Over the last few weeks I did something that I haven’t really done since I was a child myself. I traveled with children. And by children, I mean a 1 and 2-year-old. Dale’s sister and her family came to Italy to celebrate Christmas with us and we were able to take several small trips with them. We had a great time and I am so glad we got to spend so much time with all of them. Let me tell you though, traveling with children is not the same as traveling with adults. And I’m not saying I wish we hadn’t taken the kids with us. I loved having them along. I’d just like to share some of the differences I noticed.
One of the biggest differences is the amount of time you get to spend actually traveling and sight-seeing. Dale and I often get up early to get a good start on the car ride so that we have the maximum amount of time to explore once we reach our destination. Each day of the trip, we get up early, go out and do things all day, and then go back to the hotel in the evening before doing it all over again the next day. And as long as we don’t have a rental car to return, we may not get back home until after dark if we wanted to do a little exploring on the way home.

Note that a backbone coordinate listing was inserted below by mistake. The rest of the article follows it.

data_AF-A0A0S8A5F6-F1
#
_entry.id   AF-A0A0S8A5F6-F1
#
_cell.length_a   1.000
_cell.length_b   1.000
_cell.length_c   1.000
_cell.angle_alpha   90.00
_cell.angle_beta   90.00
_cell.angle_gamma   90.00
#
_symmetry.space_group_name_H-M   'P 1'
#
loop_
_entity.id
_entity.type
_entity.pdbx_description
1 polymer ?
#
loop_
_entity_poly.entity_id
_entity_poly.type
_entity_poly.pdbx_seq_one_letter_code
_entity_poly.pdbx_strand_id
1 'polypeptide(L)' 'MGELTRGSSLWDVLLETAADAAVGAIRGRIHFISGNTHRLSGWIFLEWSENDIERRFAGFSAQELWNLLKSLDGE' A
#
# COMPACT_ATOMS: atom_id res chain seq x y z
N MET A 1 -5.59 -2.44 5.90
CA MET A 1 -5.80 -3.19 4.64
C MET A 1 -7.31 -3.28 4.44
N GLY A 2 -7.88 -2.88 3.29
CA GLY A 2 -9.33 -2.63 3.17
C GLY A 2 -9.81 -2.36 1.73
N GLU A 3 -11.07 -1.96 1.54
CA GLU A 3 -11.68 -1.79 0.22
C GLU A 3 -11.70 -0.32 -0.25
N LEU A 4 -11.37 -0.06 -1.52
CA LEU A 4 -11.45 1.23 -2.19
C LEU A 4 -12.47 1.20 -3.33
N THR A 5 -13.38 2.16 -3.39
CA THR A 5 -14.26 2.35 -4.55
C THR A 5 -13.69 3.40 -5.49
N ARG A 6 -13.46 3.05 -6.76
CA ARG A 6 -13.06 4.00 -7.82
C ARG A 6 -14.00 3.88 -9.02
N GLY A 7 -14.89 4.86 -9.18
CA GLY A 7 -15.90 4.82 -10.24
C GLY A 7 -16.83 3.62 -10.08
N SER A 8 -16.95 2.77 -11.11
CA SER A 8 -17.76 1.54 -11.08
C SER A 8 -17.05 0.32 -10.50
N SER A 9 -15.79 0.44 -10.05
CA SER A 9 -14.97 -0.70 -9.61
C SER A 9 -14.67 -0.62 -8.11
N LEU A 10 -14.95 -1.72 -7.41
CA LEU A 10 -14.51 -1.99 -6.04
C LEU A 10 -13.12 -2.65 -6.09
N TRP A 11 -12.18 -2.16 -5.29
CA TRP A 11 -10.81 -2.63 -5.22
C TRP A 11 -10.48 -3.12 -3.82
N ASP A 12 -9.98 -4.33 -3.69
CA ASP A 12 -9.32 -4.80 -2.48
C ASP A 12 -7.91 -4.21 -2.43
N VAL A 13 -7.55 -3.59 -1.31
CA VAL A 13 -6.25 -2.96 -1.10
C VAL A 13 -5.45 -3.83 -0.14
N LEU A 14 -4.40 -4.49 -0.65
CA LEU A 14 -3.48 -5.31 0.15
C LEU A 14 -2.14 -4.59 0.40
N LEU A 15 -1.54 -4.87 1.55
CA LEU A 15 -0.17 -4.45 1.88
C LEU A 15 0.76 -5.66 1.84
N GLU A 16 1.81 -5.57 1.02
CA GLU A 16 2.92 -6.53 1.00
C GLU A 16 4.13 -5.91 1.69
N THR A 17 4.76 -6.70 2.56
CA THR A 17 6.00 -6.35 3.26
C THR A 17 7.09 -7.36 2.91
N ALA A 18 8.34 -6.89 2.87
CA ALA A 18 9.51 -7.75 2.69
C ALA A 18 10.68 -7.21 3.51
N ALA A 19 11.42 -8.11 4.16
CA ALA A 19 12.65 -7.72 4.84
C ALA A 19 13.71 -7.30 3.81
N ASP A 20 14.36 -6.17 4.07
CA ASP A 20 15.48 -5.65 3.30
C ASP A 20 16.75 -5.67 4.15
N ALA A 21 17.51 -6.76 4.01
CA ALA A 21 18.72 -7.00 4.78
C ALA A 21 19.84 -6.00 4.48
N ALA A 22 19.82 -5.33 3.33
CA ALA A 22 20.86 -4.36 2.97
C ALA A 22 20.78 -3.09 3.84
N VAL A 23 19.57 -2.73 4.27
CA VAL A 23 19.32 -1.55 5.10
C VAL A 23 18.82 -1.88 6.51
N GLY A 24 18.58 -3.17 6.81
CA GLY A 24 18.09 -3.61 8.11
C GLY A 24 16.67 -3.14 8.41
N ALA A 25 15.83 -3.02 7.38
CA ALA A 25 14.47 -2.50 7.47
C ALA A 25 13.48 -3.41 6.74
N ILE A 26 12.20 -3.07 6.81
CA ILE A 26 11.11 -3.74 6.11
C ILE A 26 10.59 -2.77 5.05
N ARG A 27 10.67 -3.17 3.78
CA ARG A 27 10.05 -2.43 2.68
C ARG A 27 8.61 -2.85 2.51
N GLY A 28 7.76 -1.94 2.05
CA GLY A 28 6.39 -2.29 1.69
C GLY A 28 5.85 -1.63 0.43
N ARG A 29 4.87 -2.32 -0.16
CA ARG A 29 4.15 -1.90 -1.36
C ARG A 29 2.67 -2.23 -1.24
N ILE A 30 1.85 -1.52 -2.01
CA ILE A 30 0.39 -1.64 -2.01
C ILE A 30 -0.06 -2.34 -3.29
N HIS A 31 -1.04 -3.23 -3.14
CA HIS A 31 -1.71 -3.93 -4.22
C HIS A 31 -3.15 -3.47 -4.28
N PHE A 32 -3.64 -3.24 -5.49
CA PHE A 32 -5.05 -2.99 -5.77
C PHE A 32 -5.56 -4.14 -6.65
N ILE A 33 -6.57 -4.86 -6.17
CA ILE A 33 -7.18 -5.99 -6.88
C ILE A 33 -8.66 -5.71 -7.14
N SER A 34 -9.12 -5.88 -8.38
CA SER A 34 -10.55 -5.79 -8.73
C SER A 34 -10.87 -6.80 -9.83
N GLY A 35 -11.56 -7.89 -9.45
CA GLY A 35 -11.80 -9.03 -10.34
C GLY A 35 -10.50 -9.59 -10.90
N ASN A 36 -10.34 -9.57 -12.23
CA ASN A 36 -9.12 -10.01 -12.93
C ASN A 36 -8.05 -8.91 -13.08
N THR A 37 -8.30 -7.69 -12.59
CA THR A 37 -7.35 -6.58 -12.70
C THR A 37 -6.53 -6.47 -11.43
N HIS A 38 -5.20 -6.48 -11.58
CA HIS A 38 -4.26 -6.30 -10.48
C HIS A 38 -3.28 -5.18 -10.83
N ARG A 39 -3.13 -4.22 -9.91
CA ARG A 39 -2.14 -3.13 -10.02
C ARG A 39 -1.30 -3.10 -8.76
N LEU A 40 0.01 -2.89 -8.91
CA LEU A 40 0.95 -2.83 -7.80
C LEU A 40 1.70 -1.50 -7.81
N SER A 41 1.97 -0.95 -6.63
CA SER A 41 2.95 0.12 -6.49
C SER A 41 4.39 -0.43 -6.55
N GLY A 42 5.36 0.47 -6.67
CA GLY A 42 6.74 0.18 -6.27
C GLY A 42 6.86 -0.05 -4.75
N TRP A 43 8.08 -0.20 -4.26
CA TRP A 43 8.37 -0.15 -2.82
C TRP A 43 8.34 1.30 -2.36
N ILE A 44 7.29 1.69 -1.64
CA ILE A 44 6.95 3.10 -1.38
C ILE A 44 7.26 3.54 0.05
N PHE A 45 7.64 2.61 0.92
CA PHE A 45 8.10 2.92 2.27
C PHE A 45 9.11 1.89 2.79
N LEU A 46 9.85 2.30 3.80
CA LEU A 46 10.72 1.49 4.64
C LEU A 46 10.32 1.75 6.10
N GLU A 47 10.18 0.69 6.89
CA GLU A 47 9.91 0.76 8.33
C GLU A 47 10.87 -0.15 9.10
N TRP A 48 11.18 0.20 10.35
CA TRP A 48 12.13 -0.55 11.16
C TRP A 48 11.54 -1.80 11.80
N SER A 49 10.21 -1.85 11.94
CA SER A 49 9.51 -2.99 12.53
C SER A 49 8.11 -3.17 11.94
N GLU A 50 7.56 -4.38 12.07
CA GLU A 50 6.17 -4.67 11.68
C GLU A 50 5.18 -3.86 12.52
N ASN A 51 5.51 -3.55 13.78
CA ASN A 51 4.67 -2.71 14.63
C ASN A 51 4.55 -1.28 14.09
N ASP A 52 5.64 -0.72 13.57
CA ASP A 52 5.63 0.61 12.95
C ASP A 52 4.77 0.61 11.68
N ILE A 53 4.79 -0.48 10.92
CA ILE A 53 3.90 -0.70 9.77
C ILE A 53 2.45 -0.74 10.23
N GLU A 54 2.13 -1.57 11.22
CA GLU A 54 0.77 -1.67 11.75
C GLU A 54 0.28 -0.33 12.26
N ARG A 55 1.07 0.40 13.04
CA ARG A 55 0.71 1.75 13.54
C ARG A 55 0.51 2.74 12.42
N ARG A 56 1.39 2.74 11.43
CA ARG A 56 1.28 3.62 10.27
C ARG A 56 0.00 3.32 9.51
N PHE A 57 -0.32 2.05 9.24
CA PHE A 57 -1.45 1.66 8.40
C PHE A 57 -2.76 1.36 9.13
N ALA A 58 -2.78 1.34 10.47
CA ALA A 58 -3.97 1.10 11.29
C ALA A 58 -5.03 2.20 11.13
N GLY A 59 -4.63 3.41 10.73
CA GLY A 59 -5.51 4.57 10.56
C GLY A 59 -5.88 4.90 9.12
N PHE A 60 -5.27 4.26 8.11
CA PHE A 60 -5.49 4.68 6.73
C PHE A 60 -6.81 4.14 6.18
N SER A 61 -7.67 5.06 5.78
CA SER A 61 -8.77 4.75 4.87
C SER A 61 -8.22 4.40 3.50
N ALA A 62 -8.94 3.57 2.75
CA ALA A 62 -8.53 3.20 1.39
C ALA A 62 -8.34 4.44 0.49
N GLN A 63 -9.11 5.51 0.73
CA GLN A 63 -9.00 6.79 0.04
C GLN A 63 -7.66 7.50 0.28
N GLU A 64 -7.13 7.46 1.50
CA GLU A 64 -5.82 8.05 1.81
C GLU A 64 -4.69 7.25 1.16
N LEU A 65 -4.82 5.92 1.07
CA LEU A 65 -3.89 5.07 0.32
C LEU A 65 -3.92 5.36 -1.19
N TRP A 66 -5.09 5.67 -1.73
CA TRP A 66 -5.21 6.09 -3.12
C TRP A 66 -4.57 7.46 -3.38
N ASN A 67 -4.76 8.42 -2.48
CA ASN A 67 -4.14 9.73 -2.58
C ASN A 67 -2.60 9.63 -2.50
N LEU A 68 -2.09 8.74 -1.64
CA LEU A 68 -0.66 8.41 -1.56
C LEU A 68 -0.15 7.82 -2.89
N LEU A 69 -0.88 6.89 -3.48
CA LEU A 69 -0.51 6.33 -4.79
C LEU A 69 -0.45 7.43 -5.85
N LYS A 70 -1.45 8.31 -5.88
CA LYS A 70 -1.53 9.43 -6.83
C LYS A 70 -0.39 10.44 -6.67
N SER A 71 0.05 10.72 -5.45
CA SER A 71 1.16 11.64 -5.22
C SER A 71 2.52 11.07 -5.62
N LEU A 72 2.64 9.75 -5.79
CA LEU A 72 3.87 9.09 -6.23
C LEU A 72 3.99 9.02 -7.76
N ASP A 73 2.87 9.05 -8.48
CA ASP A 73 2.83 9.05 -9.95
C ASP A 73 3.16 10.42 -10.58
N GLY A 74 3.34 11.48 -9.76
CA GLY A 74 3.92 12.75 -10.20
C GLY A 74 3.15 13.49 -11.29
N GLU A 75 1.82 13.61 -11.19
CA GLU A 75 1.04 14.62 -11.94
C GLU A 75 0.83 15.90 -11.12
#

When you are traveling with very young children, naptime is still one of the most important parts of the day, no matter how many cool things there are to see. And missing or delaying naptime will affect everything. For Adelaide and Jasper, afternoon nap starts at 2:30. Some days we weren’t able to make it back home or to the hotel by 2:30 and we were immediately reminded why it is so important. My conclusion is that young children have all the same emotions and feelings that adults do, they just haven’t learned how to process and express them all constructively, and that gets 5 times harder when they are tired. (I made that number up based on two weeks of experience. Please don’t quote me on it.)